By Dr. Zulfikar Bux
Assistant Professor of Emergency Medicine, Vanderbilt Medical Center
DATA is now emerging to help us to zone in on hotspots for COVID-19 transmission so that we may be able to manoeuvre around them and sustain our livelihoods. The most convincing data thus far are from two studies which showed high transmission rates of the virus indoors and very limited transmission in the outdoor setting where free flowing air dispersed virus particles quickly.
The first study was carried out in Denmark where 3,030 participants were studied while the other study was done among 1,848 U.S Marine recruits in South Carolina. Experts concluded from these studies that COVID-19 transmission was predominantly indoors and even occurred in those that were wearing standard surgical/cloth masks. They found that the “4 Ds” were the main risk factors that predicted COVID-19 transmission in the indoor setting. Today, I will expand on the 4Ds and why you should avoid such settings if you want to avoid COVID-19.
Density meaning the number of people in a room was a major factor in predicting COVID-19 spread. The basic idea was that the more persons you have in a closed space, the likelier COVID-19 would spread if one or more persons had the infection. Viral particles will be expelled from the infected person’s mouth and nostrils and will “hang around” in the air longer because of poor air circulation in a closed space. With everyone breathing, the odds become higher of breathing in air with viral particles given the limited air to person ratio.
The longer one spends in a closed space with someone that is infected, the likelier one will become infected even if one is wearing standard surgical/cloth masks. An infected person in a closed space will expel more viral particles into the air every time he/she breathes, sneezes, coughs or speaks. It is obvious that the longer someone spends in such an environment, the higher the chance of him/her being exposed to expelled viral particles because he/she will be exposed to a higher concentration with time. Also, think about being in a room where the virus is moving around; the longer you spend in that room, the likelier the chances of you coming into contact with it as it moves around.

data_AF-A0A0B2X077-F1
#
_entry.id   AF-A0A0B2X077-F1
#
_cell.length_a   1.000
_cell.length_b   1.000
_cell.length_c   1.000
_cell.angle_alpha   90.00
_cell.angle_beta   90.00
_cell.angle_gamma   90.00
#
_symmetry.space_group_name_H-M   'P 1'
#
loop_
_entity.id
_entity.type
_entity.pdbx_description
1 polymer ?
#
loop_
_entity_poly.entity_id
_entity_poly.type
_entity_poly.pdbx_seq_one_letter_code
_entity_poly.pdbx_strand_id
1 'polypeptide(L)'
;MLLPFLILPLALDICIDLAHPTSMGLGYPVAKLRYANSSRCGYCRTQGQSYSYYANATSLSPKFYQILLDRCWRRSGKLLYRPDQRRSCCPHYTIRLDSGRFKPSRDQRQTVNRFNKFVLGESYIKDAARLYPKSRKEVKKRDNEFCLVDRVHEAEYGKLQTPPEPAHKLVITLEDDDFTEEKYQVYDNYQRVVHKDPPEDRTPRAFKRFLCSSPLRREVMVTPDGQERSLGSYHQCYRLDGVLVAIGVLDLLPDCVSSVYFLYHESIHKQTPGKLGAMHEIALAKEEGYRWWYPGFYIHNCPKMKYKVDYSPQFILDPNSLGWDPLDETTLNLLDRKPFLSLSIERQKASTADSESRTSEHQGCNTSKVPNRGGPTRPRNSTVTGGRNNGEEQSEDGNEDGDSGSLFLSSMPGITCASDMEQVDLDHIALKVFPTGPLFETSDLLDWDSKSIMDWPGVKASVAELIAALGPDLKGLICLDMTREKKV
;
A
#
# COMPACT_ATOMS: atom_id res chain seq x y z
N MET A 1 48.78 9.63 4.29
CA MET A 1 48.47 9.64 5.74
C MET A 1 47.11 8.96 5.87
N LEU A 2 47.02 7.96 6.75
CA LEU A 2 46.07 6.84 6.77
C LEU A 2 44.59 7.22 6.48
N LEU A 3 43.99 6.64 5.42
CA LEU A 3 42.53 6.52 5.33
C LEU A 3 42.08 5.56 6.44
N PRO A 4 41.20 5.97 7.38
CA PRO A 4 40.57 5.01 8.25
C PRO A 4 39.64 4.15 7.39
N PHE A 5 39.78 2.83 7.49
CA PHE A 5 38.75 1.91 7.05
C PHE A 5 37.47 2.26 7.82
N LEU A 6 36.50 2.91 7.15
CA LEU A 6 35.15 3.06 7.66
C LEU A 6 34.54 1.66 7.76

The smaller the dimensions of a closed space, the higher the chance of getting infected. As an infected person expels virus particles into the air, it will disperse faster once there is sufficient space for it to move into. However, in smaller spaces, the virus particles become stagnated and will circulate in that space for some amount of time. It is therefore obvious that one’s chances of coming into contact with viral particles will be higher when one is in a smaller, closed space.
In closed spaces where there is limited entry of fresh air and poor airflow speed, chances of COVID-19 transmission become higher. When viral particles get expelled into the air, they will remain floating for a while if the air is stagnant. However, if there is free flow of fresh air or air is mechanically propelled by fans, the viral particles will quickly disperse and not float around and infect persons that come into contact with it.
Offices, Restaurants, homes, Bars, Gyms, Cinemas etc. are examples of closed spaces where the risk of transmission will be higher. Therefore, it is obvious that we should minimize our presence with others in these and other indoor spaces as much as possible. If we have no choice, then ensure that these spaces are large, with minimal occupation and has free flowing air and we should minimize the time we spend in them when possible. While infections still occur with standard mask use in these spaces, it is far lesser and masks will help minimize severe infection risk by decreasing the amount of virus that gets into you. So, we should continue to practise mask wearing but change our lifestyle to ensure we avoid the 4Ds as much as we can, and carry out our exposures with others in the outdoor setting as much as possible.